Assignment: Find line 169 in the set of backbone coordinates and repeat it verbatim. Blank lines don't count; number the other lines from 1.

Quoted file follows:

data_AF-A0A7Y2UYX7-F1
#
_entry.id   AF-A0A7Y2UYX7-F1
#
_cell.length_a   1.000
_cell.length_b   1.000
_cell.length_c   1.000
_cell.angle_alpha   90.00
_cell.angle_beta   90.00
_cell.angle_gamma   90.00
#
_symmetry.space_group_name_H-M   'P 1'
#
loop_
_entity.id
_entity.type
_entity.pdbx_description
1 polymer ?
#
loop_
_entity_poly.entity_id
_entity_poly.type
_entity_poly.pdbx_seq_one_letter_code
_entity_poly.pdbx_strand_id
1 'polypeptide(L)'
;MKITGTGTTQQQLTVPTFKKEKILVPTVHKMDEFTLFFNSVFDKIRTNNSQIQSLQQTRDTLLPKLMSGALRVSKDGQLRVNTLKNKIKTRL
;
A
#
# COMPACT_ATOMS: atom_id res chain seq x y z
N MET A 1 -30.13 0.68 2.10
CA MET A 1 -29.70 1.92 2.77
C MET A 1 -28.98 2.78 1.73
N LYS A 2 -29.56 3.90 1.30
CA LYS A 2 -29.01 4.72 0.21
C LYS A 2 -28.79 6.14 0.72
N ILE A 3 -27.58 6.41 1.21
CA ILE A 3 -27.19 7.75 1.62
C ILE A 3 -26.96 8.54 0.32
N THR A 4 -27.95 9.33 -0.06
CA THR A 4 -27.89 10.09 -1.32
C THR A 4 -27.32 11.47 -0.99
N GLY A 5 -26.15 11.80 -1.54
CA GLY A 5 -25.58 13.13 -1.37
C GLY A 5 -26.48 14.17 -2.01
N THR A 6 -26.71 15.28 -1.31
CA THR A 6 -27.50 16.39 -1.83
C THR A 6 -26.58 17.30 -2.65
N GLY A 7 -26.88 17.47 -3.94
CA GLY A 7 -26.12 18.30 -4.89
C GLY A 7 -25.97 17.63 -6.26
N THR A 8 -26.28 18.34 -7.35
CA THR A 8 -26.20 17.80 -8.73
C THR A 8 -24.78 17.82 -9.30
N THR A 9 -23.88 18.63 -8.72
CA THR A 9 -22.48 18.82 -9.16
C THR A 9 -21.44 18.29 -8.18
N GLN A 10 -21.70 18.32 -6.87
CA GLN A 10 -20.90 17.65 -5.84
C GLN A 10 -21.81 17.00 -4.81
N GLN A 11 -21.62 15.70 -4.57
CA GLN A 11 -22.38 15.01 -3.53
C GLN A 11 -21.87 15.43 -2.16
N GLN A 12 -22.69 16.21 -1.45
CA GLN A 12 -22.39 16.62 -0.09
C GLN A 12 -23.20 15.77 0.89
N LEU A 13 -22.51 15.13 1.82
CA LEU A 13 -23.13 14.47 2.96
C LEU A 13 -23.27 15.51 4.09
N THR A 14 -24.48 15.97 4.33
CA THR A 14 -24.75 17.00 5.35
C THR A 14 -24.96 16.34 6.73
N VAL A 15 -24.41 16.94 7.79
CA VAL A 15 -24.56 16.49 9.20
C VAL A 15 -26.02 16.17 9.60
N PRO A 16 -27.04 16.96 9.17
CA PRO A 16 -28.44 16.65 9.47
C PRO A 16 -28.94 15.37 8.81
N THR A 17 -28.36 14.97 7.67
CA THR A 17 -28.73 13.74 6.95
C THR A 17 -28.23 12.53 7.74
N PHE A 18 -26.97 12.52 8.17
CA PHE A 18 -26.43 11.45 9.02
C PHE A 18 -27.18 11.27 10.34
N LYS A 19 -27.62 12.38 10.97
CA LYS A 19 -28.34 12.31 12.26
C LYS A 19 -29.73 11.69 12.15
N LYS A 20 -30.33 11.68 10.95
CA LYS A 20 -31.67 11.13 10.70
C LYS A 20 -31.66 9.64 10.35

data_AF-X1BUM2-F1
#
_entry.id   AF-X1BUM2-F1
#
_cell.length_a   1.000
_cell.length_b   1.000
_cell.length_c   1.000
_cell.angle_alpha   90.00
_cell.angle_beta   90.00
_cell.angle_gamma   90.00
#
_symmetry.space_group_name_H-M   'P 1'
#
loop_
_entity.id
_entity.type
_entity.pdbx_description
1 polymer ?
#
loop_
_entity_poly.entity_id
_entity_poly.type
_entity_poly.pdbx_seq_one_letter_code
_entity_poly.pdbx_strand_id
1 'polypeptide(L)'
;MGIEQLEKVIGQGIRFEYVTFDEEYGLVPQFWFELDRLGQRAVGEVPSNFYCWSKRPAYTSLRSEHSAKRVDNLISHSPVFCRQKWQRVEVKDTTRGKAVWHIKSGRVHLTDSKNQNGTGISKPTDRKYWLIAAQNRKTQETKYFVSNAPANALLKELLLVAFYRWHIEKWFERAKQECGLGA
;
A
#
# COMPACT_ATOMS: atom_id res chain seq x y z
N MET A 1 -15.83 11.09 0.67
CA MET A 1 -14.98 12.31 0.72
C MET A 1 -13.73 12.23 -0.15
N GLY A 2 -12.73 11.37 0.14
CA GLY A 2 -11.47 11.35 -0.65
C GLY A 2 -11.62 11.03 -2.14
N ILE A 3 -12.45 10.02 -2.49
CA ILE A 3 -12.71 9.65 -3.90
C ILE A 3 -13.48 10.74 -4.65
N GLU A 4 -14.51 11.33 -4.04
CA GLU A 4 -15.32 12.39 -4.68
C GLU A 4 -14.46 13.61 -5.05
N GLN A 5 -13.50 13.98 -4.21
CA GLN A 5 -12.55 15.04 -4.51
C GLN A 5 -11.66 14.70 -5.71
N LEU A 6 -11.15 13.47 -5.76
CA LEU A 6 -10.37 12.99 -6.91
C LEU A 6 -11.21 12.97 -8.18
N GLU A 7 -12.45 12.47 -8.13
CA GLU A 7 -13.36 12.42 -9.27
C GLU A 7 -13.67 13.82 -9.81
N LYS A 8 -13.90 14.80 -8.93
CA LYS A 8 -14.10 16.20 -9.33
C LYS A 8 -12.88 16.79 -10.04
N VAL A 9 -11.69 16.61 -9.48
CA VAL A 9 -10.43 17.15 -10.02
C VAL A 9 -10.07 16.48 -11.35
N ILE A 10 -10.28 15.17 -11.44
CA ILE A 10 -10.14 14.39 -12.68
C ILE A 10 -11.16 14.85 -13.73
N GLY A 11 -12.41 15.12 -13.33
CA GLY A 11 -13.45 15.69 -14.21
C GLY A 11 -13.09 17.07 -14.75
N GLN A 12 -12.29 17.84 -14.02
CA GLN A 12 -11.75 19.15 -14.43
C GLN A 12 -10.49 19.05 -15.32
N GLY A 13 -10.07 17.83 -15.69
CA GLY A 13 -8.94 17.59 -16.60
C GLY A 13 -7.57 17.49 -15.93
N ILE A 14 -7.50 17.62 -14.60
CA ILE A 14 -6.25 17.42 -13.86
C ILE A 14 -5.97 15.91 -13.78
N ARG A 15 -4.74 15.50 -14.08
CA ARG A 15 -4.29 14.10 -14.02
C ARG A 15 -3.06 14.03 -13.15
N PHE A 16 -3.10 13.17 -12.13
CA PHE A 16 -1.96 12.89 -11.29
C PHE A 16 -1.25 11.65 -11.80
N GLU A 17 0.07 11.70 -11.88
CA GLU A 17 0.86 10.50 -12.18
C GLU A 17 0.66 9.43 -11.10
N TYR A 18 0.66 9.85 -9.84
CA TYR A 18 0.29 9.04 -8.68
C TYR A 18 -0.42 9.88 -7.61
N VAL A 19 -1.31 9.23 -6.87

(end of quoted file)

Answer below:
N GLU A 17 0.07 11.70 -11.88